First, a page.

The Governing Board of the Tucson Unified School District voted late Tuesday to suspend immediately the Mexican-American studies department, marking a turning point in a yearlong controversy over a new state law banning certain ethnic studies.
"The district shall revise its social studies core curriculum to increase its coverage of Mexican-American history and culture, including a balanced presentation of diverse viewpoints on controversial issues. The end result shall be a single common social studies core sequence through which all high school students are exposed to diverse viewpoints," the governing board said in a statement.
"The district shall study and bring to the board new measures designed to narrow the achievement gaps for traditionally underserved and economically disadvantaged students," the board said.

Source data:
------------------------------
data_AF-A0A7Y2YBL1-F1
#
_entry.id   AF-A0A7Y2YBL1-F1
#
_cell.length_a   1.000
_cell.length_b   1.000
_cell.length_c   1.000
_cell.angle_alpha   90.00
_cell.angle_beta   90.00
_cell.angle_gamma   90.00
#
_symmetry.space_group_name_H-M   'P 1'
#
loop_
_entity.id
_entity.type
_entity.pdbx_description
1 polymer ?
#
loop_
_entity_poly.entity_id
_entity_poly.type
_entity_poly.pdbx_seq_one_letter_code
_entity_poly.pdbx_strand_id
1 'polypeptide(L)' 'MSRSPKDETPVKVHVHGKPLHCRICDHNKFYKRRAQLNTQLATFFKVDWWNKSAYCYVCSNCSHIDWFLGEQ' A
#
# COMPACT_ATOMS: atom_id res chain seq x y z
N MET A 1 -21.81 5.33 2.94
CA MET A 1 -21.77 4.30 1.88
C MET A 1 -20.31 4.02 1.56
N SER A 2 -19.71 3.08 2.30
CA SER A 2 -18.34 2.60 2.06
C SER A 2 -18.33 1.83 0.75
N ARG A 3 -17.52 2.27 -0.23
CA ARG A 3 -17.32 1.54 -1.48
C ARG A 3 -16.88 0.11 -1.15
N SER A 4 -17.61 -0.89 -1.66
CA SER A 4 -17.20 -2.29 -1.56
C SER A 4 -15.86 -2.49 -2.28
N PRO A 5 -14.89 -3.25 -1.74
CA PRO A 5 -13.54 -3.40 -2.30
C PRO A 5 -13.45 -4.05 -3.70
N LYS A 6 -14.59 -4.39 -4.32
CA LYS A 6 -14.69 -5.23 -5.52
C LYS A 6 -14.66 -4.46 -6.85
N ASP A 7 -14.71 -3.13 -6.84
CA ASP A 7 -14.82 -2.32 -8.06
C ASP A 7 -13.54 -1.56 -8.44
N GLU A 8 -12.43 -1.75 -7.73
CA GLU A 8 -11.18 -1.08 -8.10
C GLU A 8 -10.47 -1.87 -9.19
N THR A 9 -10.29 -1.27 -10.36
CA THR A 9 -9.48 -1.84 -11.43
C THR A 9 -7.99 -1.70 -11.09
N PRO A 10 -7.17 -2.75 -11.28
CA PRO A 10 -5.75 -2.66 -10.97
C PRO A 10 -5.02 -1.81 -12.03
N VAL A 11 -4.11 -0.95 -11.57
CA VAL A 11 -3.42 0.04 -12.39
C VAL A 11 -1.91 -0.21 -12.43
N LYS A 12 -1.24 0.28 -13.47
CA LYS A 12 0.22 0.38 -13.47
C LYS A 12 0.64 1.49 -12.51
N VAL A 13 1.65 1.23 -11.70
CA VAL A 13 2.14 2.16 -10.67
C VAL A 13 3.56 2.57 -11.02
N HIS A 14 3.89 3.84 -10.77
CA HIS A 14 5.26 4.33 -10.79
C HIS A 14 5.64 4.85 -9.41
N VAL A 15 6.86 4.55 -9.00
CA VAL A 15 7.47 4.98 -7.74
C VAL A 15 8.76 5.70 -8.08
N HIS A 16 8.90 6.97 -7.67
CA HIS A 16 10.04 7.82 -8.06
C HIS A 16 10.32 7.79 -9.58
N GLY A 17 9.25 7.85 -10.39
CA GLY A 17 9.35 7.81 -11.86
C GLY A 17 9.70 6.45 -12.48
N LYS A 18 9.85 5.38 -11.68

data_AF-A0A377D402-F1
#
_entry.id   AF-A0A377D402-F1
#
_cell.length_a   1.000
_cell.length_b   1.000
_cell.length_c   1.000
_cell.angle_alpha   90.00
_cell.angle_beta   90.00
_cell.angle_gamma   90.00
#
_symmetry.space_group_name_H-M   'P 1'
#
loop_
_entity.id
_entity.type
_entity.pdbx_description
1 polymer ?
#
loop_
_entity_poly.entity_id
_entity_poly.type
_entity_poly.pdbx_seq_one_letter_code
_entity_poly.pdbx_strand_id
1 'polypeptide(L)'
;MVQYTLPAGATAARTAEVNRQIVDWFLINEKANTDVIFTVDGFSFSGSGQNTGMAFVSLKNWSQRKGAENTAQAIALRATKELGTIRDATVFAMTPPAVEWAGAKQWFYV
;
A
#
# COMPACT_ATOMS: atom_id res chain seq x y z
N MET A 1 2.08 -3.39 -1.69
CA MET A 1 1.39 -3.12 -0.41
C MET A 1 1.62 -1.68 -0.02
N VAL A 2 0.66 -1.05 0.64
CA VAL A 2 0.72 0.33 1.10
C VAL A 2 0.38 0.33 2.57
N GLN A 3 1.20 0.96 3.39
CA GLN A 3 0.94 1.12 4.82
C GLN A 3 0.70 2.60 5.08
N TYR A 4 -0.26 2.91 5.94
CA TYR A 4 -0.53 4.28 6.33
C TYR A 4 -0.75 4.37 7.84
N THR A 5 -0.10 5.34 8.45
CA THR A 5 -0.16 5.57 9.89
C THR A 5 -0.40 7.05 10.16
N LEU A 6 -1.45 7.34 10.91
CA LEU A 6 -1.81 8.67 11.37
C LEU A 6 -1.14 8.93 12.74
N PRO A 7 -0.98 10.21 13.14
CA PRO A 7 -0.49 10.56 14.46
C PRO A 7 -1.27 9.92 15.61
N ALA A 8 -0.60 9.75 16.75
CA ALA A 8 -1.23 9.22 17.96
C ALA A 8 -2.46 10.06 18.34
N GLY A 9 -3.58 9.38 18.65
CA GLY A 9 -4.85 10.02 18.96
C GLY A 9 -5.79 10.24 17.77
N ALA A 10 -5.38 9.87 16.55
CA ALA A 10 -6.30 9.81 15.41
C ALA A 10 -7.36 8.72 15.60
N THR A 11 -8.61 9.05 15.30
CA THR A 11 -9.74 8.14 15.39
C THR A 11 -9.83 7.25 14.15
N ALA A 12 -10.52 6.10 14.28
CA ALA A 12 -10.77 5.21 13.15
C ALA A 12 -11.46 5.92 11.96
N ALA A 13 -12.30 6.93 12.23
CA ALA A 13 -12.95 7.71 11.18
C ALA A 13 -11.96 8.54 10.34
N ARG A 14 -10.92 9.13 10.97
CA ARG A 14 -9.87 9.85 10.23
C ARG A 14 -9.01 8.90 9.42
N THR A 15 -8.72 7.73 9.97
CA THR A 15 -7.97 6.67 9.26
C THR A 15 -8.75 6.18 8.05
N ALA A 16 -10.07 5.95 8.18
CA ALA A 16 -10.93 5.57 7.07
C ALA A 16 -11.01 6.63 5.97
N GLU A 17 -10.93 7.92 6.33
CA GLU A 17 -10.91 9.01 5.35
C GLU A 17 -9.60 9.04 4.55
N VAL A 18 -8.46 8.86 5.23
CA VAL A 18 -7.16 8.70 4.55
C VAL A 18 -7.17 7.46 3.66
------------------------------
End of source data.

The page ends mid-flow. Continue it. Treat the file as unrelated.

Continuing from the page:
By Kiran Khalid, CNN
(CNN) - Craig Stowell fought with the U.S. Marines in Iraq in 2004 and now is fighting for the right of gays, like his brother, to marry in New Hampshire.
"My brother and best friend, Calvin, was tormented all the way through high school because people knew he was gay," Craig Stowell, 30, said in an online petition seeking to pressure New Hampshire legislators not to repeal the state's 2009 law that legalized gay marriage.
In a video posted on YouTube, Calvin Stowell described being bullied as a schoolboy because he was gay. "I was constantly asked by my peers: Are you gay? You sound so gay. You walk so gay," said the 23-year-old New Yorker, who works for a non-profit.
Craig Stowell, who is an information technology director for a cabinet maker in Claremont, New Hampshire, empathized.
"There were nights that I worried I may wake up and he wouldn't be there any longer; crushed by the misery he was forced to endure. When New Hampshire extended marriage to gay and lesbian couples, two years ago, he finally felt accepted. He finally felt like he belonged. Since that day 1,800 loving and committed gay and lesbian couples have married."